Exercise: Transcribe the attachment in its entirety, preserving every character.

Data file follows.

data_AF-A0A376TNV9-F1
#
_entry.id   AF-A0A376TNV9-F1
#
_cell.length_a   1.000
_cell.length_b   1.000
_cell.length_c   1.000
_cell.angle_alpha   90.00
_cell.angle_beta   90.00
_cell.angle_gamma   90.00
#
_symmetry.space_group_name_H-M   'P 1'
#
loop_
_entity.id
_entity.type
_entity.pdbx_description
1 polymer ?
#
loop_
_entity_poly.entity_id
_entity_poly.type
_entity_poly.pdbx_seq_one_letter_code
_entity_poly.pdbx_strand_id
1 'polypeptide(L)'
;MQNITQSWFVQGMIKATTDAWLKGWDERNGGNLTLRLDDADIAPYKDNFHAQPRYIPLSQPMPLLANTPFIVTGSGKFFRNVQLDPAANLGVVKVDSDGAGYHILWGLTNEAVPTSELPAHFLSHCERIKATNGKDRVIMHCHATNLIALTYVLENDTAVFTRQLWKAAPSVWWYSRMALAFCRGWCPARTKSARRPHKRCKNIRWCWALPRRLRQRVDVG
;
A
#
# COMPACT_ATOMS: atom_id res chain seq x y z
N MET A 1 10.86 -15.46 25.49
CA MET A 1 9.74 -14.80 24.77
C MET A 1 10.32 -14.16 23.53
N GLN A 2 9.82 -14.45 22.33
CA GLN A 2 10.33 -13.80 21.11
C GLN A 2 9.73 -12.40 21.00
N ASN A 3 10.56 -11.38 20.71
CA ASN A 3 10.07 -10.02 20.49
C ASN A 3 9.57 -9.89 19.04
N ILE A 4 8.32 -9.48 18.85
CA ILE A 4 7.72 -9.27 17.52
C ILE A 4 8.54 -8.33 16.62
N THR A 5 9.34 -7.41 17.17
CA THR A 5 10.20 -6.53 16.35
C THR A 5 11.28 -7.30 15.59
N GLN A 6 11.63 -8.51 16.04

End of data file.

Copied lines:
data_AF-A0A376TNV9-F1
#
_entry.id   AF-A0A376TNV9-F1
#
_cell.length_a   1.000
_cell.length_b   1.000
_cell.length_c   1.000
_cell.angle_alpha   90.00
_cell.angle_beta   90.00
_cell.angle_gamma   90.00
#
_symmetry.space_group_name_H-M   'P 1'
#
loop_
_entity.id
_entity.type
_entity.pdbx_description
1 polymer ?
#
loop_
_entity_poly.entity_id
_entity_poly.type
_entity_poly.pdbx_seq_one_letter_code
_entity_poly.pdbx_strand_id
1 'polypeptide(L)'
;MQNITQSWFVQGMIKATTDAWLKGWDERNGGNLTLRLDDADIAPYKDNFHAQPRYIPLSQPMPLLANTPFIVTGSGKFFRNVQLDPAANLGVVKVDSDGAGYHILWGLTNEAVPTSELPAHFLSHCERIKATNGKDRVIMHCHATNLIALTYVLENDTAVFTRQLWKAAPSVWWYSRMALAFCRGWCPARTKSARRPHKRCKNIRWCWALPRRLRQRVDVG
;
A
#
# COMPACT_ATOMS: atom_id res chain seq x y z
N MET A 1 10.86 -15.46 25.49
CA MET A 1 9.74 -14.80 24.77
C MET A 1 10.32 -14.16 23.53
N GLN A 2 9.82 -14.45 22.33
CA GLN A 2 10.33 -13.80 21.11
C GLN A 2 9.73 -12.40 21.00
N ASN A 3 10.56 -11.38 20.71
CA ASN A 3 10.07 -10.02 20.49
C ASN A 3 9.57 -9.89 19.04
N ILE A 4 8.32 -9.48 18.85
CA ILE A 4 7.72 -9.27 17.52
C ILE A 4 8.54 -8.33 16.62
N THR A 5 9.34 -7.41 17.17
CA THR A 5 10.20 -6.53 16.35
C THR A 5 11.28 -7.30 15.59
N GLN A 6 11.63 -8.51 16.04